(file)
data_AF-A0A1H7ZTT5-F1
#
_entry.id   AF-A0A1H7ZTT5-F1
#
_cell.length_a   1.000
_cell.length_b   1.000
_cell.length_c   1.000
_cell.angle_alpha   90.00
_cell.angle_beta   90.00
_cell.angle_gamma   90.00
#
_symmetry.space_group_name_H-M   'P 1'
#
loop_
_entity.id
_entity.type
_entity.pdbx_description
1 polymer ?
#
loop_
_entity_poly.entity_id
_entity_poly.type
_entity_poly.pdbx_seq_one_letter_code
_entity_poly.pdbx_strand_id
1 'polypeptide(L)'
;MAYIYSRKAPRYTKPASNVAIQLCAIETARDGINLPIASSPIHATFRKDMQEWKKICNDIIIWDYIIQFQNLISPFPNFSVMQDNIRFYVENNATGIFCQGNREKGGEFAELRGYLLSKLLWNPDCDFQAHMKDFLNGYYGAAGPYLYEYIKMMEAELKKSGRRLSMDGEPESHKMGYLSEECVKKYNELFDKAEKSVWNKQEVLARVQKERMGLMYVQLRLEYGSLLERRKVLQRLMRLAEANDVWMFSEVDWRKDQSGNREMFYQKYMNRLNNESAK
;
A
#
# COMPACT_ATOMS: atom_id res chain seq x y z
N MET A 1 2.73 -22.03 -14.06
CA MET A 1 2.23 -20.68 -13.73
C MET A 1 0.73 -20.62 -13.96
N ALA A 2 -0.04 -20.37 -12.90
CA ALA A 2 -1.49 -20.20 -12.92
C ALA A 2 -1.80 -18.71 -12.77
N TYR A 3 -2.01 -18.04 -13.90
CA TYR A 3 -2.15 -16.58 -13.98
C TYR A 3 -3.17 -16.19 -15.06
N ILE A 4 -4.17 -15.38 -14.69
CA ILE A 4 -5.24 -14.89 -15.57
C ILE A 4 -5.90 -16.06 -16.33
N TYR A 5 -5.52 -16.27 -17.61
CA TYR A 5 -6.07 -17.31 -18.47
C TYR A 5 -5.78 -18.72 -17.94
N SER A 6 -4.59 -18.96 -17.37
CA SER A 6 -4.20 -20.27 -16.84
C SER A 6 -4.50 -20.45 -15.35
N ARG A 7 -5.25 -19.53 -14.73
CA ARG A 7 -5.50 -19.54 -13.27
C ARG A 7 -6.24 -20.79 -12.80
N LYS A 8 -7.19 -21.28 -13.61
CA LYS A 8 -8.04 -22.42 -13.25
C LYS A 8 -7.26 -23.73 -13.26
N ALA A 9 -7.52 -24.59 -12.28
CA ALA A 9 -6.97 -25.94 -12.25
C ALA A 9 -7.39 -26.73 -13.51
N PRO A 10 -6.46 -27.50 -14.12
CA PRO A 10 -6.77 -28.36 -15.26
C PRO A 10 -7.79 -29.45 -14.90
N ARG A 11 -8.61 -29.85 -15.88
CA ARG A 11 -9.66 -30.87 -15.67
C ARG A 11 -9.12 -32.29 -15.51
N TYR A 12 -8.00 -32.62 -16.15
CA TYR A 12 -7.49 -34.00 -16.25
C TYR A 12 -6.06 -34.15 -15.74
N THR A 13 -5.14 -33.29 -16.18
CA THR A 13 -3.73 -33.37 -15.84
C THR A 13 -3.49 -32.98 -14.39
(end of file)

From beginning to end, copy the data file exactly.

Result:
data_AF-A0A1H7ZTT5-F1
#
_entry.id   AF-A0A1H7ZTT5-F1
#
_cell.length_a   1.000
_cell.length_b   1.000
_cell.length_c   1.000
_cell.angle_alpha   90.00
_cell.angle_beta   90.00
_cell.angle_gamma   90.00
#
_symmetry.space_group_name_H-M   'P 1'
#
loop_
_entity.id
_entity.type
_entity.pdbx_description
1 polymer ?
#
loop_
_entity_poly.entity_id
_entity_poly.type
_entity_poly.pdbx_seq_one_letter_code
_entity_poly.pdbx_strand_id
1 'polypeptide(L)'
;MAYIYSRKAPRYTKPASNVAIQLCAIETARDGINLPIASSPIHATFRKDMQEWKKICNDIIIWDYIIQFQNLISPFPNFSVMQDNIRFYVENNATGIFCQGNREKGGEFAELRGYLLSKLLWNPDCDFQAHMKDFLNGYYGAAGPYLYEYIKMMEAELKKSGRRLSMDGEPESHKMGYLSEECVKKYNELFDKAEKSVWNKQEVLARVQKERMGLMYVQLRLEYGSLLERRKVLQRLMRLAEANDVWMFSEVDWRKDQSGNREMFYQKYMNRLNNESAK
;
A
#
# COMPACT_ATOMS: atom_id res chain seq x y z
N MET A 1 2.73 -22.03 -14.06
CA MET A 1 2.23 -20.68 -13.73
C MET A 1 0.73 -20.62 -13.96
N ALA A 2 -0.04 -20.37 -12.90
CA ALA A 2 -1.49 -20.20 -12.92
C ALA A 2 -1.80 -18.71 -12.77
N TYR A 3 -2.01 -18.04 -13.90
CA TYR A 3 -2.15 -16.58 -13.98
C TYR A 3 -3.17 -16.19 -15.06
N ILE A 4 -4.17 -15.38 -14.69
CA ILE A 4 -5.24 -14.89 -15.57
C ILE A 4 -5.90 -16.06 -16.33
N TYR A 5 -5.52 -16.27 -17.61
CA TYR A 5 -6.07 -17.31 -18.47
C TYR A 5 -5.78 -18.72 -17.94
N SER A 6 -4.59 -18.96 -17.37
CA SER A 6 -4.20 -20.27 -16.84
C SER A 6 -4.50 -20.45 -15.35
N ARG A 7 -5.25 -19.53 -14.73
CA ARG A 7 -5.50 -19.54 -13.27
C ARG A 7 -6.24 -20.79 -12.80
N LYS A 8 -7.19 -21.28 -13.61
CA LYS A 8 -8.04 -22.42 -13.25
C LYS A 8 -7.26 -23.73 -13.26
N ALA A 9 -7.52 -24.59 -12.28
CA ALA A 9 -6.97 -25.94 -12.25
C ALA A 9 -7.39 -26.73 -13.51
N PRO A 10 -6.46 -27.50 -14.12
CA PRO A 10 -6.77 -28.36 -15.26
C PRO A 10 -7.79 -29.45 -14.90
N ARG A 11 -8.61 -29.85 -15.88
CA ARG A 11 -9.66 -30.87 -15.67
C ARG A 11 -9.12 -32.29 -15.51
N TYR A 12 -8.00 -32.62 -16.15
CA TYR A 12 -7.49 -34.00 -16.25
C TYR A 12 -6.06 -34.15 -15.74
N THR A 13 -5.14 -33.29 -16.18
CA THR A 13 -3.73 -33.37 -15.84
C THR A 13 -3.49 -32.98 -14.39